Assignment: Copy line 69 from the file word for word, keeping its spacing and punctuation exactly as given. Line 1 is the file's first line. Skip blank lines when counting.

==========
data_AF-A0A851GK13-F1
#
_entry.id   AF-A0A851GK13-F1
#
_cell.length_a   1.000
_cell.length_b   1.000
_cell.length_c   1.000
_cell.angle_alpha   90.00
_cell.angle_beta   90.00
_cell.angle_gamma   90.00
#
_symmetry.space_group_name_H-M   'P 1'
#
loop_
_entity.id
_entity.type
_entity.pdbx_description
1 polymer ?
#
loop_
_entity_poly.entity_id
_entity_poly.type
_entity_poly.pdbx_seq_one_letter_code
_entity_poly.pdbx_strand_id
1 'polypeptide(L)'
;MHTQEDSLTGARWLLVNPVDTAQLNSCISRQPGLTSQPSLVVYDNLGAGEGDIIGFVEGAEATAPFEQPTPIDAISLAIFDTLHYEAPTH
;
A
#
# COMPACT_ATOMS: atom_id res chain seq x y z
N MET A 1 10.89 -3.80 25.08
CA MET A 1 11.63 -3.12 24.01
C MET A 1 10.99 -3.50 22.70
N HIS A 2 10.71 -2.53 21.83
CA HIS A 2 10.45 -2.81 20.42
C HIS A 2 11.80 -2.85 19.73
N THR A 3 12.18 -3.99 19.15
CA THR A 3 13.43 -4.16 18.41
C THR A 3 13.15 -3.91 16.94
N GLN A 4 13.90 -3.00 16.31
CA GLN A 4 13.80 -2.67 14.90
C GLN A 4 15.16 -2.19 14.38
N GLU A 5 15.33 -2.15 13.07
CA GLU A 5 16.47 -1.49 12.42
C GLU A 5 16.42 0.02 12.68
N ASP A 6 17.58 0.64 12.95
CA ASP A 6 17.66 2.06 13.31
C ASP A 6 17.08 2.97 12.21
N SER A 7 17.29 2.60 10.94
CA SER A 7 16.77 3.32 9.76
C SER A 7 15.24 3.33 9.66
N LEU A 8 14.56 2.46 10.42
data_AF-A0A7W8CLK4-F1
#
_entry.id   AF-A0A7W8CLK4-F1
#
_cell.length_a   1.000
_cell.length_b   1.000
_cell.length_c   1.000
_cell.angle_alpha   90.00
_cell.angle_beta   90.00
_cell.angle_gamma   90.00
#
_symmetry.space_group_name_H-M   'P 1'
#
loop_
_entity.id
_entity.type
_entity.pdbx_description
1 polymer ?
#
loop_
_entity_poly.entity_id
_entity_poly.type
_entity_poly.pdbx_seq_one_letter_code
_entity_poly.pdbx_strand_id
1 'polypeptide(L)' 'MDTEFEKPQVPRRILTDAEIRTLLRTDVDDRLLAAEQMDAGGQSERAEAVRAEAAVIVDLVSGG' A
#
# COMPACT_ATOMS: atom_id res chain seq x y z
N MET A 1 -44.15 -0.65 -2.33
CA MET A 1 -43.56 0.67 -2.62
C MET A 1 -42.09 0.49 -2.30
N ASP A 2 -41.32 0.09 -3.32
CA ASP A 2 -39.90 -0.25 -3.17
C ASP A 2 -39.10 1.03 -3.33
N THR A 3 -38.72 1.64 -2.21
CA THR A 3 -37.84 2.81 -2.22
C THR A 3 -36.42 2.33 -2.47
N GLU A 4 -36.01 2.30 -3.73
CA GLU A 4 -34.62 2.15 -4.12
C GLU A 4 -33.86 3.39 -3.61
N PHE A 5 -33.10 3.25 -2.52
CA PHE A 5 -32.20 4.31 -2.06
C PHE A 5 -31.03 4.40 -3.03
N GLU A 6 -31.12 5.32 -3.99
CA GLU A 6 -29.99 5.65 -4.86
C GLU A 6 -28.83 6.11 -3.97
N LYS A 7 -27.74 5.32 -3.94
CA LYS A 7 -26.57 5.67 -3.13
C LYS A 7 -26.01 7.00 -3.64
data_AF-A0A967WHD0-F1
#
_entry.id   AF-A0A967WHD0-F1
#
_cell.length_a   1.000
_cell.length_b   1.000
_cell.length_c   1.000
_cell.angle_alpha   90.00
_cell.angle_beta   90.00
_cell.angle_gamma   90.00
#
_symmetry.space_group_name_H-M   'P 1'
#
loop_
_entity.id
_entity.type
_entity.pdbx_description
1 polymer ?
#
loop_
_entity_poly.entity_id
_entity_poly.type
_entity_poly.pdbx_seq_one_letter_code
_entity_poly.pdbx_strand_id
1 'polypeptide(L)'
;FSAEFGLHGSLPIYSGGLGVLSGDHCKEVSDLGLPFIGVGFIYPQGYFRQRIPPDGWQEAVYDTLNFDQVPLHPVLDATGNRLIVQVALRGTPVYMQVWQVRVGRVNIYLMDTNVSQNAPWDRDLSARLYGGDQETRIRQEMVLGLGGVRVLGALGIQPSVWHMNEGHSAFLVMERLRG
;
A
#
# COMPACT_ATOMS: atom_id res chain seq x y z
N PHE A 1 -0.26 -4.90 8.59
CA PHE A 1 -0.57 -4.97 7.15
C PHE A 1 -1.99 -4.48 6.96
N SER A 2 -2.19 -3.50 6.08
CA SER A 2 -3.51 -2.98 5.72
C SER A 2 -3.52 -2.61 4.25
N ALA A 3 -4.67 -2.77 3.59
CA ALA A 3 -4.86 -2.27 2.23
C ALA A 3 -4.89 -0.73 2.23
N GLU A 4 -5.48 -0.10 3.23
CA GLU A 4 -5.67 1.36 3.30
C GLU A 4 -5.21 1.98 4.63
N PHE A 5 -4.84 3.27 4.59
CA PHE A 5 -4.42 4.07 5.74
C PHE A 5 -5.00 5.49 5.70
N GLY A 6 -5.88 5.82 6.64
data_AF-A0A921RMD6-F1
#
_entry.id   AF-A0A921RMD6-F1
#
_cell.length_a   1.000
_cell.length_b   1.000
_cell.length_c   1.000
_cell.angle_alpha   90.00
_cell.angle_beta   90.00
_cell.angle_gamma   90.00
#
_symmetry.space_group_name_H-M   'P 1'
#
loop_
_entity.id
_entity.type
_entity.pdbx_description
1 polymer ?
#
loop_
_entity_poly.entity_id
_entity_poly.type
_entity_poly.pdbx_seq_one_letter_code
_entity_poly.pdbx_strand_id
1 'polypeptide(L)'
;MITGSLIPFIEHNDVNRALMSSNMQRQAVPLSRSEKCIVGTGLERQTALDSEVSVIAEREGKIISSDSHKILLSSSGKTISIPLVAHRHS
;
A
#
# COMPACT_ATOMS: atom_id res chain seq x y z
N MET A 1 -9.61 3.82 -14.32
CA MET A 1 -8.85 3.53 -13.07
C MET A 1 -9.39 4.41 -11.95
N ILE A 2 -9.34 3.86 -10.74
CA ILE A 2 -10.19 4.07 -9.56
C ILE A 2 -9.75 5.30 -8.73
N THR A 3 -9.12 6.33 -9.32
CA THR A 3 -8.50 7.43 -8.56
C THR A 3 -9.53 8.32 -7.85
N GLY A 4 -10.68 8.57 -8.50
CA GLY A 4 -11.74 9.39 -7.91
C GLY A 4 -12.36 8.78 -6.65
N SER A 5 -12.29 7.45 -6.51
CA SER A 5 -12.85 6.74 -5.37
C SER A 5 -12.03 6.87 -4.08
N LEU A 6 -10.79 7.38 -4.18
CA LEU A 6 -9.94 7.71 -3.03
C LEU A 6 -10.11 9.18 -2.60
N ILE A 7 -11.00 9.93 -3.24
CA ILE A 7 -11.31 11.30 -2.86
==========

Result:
_entity.pdbx_description